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Fri, Aug 20, 2004

ARSA: Drug And Alcohol Proposal Flawed

Led by the Aeronautical Repair Station Association (ARSA), a broad-based aviation industry coalition submitted comments in response to the Federal Aviation Administration's (FAA) proposed rule to drastically expand the scope of its Antidrug and Alcohol Prevention Program.

"Thirteen aviation industry groups and companies endorsed ARSA's comments and joined as signatories," according to ARSA Executive Director Sarah MacLeod. "The aviation world is clearly united in opposition to this unnecessary, costly and misguided FAA proposal."

The proposed rule would require non-certificated maintenance subcontractors (NCMS) working for FAA-certificated repair stations to participate in an FAA-approved drug and alcohol screening program if the articles in question are ultimately installed on air carrier aircraft.

NCMS businesses provide technical services in support of aviation and other industries such as metal finishing, dry cleaning, machining and heat treating. They are not subject to direct regulatory oversight because they cannot take airworthiness responsibility for the work they perform under FAA maintenance regulations. Certificated repair stations remain responsible for the airworthiness of any maintenance function performed by their non-certificated subcontractors. In addition, all maintenance employees of the airlines and their direct contractors are already covered by the FAA's drug and alcohol rules.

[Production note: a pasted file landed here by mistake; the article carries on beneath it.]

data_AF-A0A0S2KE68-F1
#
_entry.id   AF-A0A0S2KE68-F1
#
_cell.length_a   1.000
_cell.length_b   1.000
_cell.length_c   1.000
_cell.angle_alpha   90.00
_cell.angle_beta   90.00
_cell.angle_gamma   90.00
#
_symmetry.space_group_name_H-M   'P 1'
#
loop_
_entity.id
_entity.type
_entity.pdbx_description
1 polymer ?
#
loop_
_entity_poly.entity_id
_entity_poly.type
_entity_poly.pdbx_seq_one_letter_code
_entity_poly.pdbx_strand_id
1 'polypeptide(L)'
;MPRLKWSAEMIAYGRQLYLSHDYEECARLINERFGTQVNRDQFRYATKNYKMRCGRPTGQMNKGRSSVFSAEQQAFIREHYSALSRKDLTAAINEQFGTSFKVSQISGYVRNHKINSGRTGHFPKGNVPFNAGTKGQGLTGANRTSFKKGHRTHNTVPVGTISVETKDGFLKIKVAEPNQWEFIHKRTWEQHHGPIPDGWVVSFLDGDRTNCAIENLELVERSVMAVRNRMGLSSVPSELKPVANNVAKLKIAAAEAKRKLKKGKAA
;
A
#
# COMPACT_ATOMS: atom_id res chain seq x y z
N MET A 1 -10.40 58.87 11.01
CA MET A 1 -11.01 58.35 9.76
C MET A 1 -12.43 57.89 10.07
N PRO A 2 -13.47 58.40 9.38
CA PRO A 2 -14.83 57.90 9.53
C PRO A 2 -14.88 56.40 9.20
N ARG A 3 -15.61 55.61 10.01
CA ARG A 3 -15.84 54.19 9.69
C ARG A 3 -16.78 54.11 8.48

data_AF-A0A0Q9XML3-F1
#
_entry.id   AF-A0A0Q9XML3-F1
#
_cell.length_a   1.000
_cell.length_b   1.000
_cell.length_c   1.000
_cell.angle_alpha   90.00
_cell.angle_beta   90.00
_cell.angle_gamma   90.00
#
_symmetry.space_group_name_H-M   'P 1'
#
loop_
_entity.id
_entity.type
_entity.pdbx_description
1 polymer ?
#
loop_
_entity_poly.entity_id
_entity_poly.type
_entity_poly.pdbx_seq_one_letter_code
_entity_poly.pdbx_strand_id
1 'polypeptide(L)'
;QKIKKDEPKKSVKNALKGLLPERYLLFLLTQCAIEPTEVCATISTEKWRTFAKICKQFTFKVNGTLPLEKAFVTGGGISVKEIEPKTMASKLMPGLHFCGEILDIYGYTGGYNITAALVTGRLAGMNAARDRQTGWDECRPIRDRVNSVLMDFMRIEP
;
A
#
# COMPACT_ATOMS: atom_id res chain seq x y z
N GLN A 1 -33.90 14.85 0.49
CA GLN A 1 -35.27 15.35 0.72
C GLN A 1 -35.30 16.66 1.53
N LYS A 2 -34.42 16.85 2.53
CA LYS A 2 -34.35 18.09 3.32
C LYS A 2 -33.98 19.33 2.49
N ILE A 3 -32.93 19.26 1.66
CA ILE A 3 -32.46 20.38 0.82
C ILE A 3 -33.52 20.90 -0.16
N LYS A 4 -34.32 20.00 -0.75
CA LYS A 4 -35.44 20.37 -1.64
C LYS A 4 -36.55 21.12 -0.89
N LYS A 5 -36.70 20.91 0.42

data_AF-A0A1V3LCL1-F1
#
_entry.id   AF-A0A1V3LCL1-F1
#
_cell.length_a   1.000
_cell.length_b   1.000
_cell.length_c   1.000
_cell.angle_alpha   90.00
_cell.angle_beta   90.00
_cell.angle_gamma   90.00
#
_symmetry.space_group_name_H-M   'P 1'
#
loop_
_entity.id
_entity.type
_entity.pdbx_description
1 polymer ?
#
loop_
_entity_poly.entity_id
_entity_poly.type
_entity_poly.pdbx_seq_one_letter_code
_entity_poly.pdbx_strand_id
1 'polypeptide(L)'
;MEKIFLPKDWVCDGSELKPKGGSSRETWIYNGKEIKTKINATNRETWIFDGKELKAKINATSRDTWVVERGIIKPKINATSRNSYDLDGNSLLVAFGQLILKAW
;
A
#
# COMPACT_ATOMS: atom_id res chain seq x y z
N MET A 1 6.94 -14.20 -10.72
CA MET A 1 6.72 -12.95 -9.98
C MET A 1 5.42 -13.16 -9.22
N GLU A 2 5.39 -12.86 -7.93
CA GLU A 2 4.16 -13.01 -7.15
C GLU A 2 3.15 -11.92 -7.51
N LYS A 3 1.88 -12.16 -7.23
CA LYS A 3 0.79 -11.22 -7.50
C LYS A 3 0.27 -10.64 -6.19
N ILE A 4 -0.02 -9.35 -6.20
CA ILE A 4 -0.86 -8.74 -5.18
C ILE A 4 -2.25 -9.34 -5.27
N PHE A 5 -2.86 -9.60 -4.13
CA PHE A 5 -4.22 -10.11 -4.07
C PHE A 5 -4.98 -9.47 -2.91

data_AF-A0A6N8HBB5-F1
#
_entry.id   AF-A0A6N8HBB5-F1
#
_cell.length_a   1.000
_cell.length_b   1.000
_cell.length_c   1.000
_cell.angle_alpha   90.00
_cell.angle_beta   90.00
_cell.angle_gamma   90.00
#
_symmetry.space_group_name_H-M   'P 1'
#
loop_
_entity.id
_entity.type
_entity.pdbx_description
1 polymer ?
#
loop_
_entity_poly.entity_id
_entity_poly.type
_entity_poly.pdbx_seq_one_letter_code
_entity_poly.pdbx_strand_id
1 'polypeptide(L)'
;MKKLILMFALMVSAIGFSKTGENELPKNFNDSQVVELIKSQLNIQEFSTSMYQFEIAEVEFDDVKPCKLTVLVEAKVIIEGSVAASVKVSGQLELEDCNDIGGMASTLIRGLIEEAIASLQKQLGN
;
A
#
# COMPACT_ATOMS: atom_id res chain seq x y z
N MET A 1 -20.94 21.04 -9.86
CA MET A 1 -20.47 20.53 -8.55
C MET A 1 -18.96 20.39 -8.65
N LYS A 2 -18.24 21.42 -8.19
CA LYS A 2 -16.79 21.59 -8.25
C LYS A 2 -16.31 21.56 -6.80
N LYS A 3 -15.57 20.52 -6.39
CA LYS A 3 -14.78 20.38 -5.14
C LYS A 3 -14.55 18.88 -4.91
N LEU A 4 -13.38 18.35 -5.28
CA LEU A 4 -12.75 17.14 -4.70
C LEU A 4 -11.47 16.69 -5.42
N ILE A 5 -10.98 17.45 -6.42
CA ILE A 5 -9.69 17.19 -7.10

ARSA asked the FAA to withdraw the proposed rule in light of evidence that the agency vastly underestimated its economic impact. Based on surveys the Association conducted over the past two months, noted aviation economist Darryl Jenkins determined that as many as 22,000 NCMS from a variety of industries would find themselves subject to the new rule. This number starkly contrasts with the FAA's estimate of 297 companies that would be impacted.

The survey results reinforce the Association's concern that a substantial number of NCMS would decline to serve aviation customers if the proposed rule goes into effect -- shrinking competition and driving up costs.

The Joint Industry Comments also noted the FAA's failure to consider the safety mechanisms already in place to protect the flying public. The current regulatory scheme ensures the airworthiness of articles and products maintained by the aviation industry. Therefore, the FAA's proposal is unnecessary, costly and burdensome to the small businesses that would be primarily impacted.

ARSA will continue its efforts to prevent the implementation of this duplicative and economically damaging rule.

FMI: www.arsa.org/library/JointIndustryDAComments.pdf

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